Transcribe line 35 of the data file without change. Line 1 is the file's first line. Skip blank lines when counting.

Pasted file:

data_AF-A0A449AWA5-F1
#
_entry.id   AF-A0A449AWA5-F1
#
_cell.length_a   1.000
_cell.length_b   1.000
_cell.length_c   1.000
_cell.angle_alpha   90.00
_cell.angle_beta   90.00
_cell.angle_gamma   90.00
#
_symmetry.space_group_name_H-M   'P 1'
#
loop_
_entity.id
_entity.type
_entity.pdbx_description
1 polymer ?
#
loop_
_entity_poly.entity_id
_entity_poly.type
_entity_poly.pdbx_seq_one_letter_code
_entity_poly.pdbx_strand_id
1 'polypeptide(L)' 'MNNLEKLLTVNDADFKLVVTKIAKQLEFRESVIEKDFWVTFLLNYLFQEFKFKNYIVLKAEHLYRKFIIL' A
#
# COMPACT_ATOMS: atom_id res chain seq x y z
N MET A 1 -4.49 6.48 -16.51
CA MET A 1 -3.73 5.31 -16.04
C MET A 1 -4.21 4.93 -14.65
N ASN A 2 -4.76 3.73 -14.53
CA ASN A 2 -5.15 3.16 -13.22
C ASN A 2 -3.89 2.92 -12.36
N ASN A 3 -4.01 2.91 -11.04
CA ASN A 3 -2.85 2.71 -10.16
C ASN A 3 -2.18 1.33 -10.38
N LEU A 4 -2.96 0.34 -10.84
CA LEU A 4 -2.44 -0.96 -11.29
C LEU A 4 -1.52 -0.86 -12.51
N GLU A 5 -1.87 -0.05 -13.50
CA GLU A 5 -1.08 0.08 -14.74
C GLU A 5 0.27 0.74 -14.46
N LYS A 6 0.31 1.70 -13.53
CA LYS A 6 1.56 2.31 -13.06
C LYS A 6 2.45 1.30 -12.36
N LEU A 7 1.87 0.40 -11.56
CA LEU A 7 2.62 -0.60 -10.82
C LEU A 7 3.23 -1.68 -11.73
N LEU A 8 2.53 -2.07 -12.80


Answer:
CA ASN A 3 -2.85 2.71 -10.16